By Yolanda Smith, BPharm
Trans Fats, also known as trans-unsaturated fatty acids and trans fatty acids, are a type of unsaturated fat. They are not widely available from natural sources but have been industrially produced on a large scale from vegetable fats since midway through the twentieth century.
They are commonly used in margarine, snack foods and commercially baked or fried foods and have been linked to an increased risk of coronary heart disease, which is the most common cause of mortality worldwide.
On a molecular level, all fats are made of long hydrocarbon chains. The bonds between each carbon atom can either be singular or double, known as saturated and unsaturated respectively.
Unsaturated fatty acids can either have a cis or a trans configuration, which relates to the positioning of the atoms around the double bonds and affects the properties of the fat. In nature, only cis fat is abundant, whereas trans fat is may be present in commercially produced fats. This occurs when cis unsaturated fats are hydrogenated to remove the double bonds and become saturated fats with more favorable properties, however some cis bonds are converted to trans bonds.
Inside the human body, trans fats have an effect on cholesterol levels by raising lipoprotein LDL cholesterol and lowering the lipoprotein HDL cholesterol, as well as increasing triglycerides. As a result of these changes, people who regularly eat trans fats are more likely to suffer from coronary heart disease.
Trans fat also has an effect on systemic inflammation, which increases when more trans fat is consumed.
Natural Trans Fat
Small amounts of trans fats can be found in nature in vaccenyl and conjugated linoleyl, which are often present in meat and dairy products. However, trans fats that occur naturally are seen separately to those produced artificially in commercial processes and the health effects of natural trans fats have yet to be established.
In fact, some research has suggested that the naturally occurring trans fat may have beneficial properties and help to lower cholesterol levels and hence reduce the risk of coronary heart disease.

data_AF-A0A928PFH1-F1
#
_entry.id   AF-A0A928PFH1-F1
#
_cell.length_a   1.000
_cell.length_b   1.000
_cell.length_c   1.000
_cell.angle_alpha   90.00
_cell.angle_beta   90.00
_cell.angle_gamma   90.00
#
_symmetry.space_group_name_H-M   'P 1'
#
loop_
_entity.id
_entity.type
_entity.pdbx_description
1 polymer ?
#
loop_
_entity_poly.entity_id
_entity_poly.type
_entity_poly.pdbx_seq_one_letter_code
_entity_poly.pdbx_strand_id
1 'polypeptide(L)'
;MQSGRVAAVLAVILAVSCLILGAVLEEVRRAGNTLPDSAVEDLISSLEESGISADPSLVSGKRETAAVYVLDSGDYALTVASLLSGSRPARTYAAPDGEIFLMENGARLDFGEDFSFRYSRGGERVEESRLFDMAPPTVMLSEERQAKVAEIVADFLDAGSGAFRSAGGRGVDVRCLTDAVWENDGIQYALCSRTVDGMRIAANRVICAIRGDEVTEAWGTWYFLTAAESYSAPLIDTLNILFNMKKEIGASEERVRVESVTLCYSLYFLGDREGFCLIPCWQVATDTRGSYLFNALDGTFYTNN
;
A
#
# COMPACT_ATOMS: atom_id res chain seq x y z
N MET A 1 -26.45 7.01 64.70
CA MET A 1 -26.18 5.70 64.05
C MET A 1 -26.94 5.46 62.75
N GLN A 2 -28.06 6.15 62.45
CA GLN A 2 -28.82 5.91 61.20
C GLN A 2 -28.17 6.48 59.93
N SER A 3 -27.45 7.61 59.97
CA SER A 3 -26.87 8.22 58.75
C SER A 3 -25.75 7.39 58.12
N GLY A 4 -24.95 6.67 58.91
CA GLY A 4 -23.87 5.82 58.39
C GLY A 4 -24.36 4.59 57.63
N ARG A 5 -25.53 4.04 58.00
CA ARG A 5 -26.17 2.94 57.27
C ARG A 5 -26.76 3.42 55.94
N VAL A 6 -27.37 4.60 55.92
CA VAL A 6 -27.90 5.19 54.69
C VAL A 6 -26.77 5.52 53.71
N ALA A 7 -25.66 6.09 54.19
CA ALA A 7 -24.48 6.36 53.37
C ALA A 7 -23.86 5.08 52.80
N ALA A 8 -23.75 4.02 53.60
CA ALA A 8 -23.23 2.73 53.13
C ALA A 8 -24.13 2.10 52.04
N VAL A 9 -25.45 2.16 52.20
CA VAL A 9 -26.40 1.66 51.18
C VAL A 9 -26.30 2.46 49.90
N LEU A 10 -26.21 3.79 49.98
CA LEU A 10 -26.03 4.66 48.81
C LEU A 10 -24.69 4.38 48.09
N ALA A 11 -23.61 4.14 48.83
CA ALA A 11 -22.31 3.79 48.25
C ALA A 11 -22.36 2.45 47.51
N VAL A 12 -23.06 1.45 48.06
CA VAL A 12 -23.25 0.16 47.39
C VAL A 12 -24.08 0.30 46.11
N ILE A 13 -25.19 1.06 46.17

Trans fat does not offer any known benefits to the consumer but is associated with higher risk of coronary heart disease due to increased cholesterol levels and should, therefore, be consumed as little as possible.
Some foods that often contain artificial trans fat are:
- Margarine and coffee creamer
- Microwave popcorn with trans fat for cooking or flavoring
- Ready-baked cakes cookies, piecrusts and crackers often contain shortening, a type of hydrogenated oil that contains trans fat.
- Potato, corn and tortilla chips that have been baked or fried with the use of trans fat.
Where possible, it is best to avoid foods that contain trans fats. Although regulations vary in each country, it is not compulsory for food manufacturers in many countries to specify the quantity of trans fat when the product contains less than 0.5 g of trans fat. As a result, it can be difficult to know how much trans fat is actually being consumed. Identifying partially hydrogenated vegetable oil on the ingredients list can be a useful way to determine if a product contains trans fat.
Fats should always be consumed in small quantities in respect to other aspects of the human diet, but natural fats are preferable to trans fats. Butter is a naturally occurring saturated that can be recommended in small quantities but unsaturated fats that are found in nature, such as olive oil, are the best option of fat intake.
Last Updated: May 21, 2015